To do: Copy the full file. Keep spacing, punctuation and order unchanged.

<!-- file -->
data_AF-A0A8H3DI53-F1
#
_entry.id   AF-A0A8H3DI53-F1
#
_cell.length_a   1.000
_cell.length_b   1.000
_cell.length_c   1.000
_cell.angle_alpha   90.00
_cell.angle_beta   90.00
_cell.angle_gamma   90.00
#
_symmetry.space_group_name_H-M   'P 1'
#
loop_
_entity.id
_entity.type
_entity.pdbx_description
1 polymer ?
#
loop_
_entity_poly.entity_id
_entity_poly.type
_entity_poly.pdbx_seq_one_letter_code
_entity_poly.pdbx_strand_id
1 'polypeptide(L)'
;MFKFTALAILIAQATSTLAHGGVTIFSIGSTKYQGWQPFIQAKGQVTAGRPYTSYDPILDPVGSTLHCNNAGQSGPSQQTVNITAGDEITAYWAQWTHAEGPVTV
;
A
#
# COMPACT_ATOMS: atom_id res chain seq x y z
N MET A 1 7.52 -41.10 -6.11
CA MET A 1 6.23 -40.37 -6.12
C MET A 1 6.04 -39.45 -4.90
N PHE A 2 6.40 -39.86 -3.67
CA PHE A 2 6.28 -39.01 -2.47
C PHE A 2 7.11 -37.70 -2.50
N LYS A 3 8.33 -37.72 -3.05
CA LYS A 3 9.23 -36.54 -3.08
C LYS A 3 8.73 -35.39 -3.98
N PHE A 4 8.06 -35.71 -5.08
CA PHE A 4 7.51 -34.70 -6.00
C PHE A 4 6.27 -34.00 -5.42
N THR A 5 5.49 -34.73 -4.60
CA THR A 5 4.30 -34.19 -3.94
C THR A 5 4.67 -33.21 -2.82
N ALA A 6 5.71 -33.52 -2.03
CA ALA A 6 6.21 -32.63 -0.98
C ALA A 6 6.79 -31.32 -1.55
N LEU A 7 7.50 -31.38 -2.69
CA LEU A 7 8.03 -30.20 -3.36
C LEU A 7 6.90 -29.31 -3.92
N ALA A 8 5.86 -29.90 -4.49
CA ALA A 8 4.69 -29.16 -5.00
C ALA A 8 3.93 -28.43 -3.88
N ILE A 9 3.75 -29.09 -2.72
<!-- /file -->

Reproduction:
data_AF-A0A8H3DI53-F1
#
_entry.id   AF-A0A8H3DI53-F1
#
_cell.length_a   1.000
_cell.length_b   1.000
_cell.length_c   1.000
_cell.angle_alpha   90.00
_cell.angle_beta   90.00
_cell.angle_gamma   90.00
#
_symmetry.space_group_name_H-M   'P 1'
#
loop_
_entity.id
_entity.type
_entity.pdbx_description
1 polymer ?
#
loop_
_entity_poly.entity_id
_entity_poly.type
_entity_poly.pdbx_seq_one_letter_code
_entity_poly.pdbx_strand_id
1 'polypeptide(L)'
;MFKFTALAILIAQATSTLAHGGVTIFSIGSTKYQGWQPFIQAKGQVTAGRPYTSYDPILDPVGSTLHCNNAGQSGPSQQTVNITAGDEITAYWAQWTHAEGPVTV
;
A
#
# COMPACT_ATOMS: atom_id res chain seq x y z
N MET A 1 7.52 -41.10 -6.11
CA MET A 1 6.23 -40.37 -6.12
C MET A 1 6.04 -39.45 -4.90
N PHE A 2 6.40 -39.86 -3.67
CA PHE A 2 6.28 -39.01 -2.47
C PHE A 2 7.11 -37.70 -2.50
N LYS A 3 8.33 -37.72 -3.05
CA LYS A 3 9.23 -36.54 -3.08
C LYS A 3 8.73 -35.39 -3.98
N PHE A 4 8.06 -35.71 -5.08
CA PHE A 4 7.51 -34.70 -6.00
C PHE A 4 6.27 -34.00 -5.42
N THR A 5 5.49 -34.73 -4.60
CA THR A 5 4.30 -34.19 -3.94
C THR A 5 4.67 -33.21 -2.82
N ALA A 6 5.71 -33.52 -2.03
CA ALA A 6 6.21 -32.63 -0.98
C ALA A 6 6.79 -31.32 -1.55
N LEU A 7 7.50 -31.38 -2.69
CA LEU A 7 8.03 -30.20 -3.36
C LEU A 7 6.90 -29.31 -3.92
N ALA A 8 5.86 -29.90 -4.49
CA ALA A 8 4.69 -29.16 -5.00
C ALA A 8 3.93 -28.43 -3.88
N ILE A 9 3.75 -29.09 -2.72